That's wonderful, but it also doesn't tell a whole lot of the story. While the number of breweries in the U.S. has exploded from fewer than 100 in the 1980s to more than 2,400 today, the older, bigger craft breweries are still fueling a great deal of the "craft" segment's growth. They're also completely different animals, with Boston Beer and the Craft Brewers Association accounting to shareholders as publicly traded companies and New Belgium, Sierra, Oskar Blues and the other East Coast migrants now playing a hand in local and interstate politics, policy and economics.
Compared with the industrial park tasting rooms, bike-up garage stands or even small brewpub operations throughout the country, they're enormous. While the craft label is conferred as a show of respect and an indication of a brewer that's still experimenting and trying new products, it's also way too small for its outsized pioneer breweries.
Even Boston Beer founder Jim Koch has a saying that he's fond of using whenever the craft debate comes up: Beer is beer. He quotes his father and grandfather as saying "all beer is good -- some beer is better, but all beer is good." It's also the crux of the Beer Institute's arguments for cuts to beer excise taxes across the board, but has gone largely ignored by the folks at the Brewers Association.
Listen, we get it: Everybody wants to save some cash and small brewers who've been at this for a while might not be so keen on sharing the wealth with the big brewers who made it tough for them to carve out a place in the market. Understandable. But to take brewers whose reach spans a continent and whose output is measured in the millions and tag them with the same craft label you'd apply to a small-town barrelhouse is not only disingenuous, but sells those bigger brewers short.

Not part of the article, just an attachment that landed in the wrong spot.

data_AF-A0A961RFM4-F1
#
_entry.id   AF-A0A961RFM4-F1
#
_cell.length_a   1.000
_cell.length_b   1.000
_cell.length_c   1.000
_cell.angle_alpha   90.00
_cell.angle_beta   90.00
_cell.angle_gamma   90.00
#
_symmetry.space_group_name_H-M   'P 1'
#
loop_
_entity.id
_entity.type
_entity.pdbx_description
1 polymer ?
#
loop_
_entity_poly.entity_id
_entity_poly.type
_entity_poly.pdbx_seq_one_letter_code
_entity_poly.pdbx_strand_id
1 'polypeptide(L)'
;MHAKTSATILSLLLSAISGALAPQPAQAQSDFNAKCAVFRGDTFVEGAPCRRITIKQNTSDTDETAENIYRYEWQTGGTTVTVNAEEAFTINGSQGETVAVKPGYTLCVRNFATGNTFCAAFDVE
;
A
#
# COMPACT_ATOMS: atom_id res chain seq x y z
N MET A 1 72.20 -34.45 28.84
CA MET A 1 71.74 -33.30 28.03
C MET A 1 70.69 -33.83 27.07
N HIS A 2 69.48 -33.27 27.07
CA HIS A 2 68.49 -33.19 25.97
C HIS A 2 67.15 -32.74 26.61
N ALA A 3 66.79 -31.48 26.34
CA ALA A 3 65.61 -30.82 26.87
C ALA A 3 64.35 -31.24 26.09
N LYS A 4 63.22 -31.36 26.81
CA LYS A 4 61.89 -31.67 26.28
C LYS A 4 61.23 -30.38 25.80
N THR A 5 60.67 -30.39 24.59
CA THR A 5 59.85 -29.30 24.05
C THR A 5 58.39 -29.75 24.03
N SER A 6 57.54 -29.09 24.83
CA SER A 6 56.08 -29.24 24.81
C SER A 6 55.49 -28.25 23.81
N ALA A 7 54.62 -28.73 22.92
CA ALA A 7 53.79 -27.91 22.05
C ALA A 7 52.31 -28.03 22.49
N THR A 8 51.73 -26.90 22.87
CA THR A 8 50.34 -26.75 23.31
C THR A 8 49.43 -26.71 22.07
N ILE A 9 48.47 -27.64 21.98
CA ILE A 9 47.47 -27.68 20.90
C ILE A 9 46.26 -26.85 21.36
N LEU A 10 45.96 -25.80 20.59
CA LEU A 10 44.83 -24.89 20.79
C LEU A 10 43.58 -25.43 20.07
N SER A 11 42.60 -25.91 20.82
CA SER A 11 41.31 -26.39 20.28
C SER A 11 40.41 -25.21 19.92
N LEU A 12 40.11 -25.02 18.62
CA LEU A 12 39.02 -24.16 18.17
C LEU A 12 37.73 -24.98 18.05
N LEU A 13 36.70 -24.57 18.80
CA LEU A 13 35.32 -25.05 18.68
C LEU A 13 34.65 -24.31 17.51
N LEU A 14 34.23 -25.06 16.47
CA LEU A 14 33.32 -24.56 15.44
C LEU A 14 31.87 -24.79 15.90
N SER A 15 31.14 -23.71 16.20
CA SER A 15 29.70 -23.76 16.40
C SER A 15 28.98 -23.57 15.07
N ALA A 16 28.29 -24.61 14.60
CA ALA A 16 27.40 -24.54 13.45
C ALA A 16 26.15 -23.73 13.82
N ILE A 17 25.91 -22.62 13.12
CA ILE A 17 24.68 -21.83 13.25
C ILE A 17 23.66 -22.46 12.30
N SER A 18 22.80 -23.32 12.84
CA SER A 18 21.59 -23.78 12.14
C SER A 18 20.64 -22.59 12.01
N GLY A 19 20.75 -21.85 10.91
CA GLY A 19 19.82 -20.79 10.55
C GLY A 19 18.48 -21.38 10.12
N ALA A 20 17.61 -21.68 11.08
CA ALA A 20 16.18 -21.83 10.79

Kids who were born when Boston Beer and New Belgium were founded are now drinking-age adults. They've never known a world without these brewers or one where there was no alternative to light lagers such as Bud, Miller and Coors. To them, beers such as Sierra Nevada,
and some of the other full-grown small breweries aren't "craft," they're just beer.
Wasn't that the point, making good beer and interesting styles a default rather than the alternative? Isn't that a win? If not, then what exactly are craft brewers fighting for? With each scuffle like this, the answer seems less clear.
-- Written by Jason Notte in Portland, Ore.
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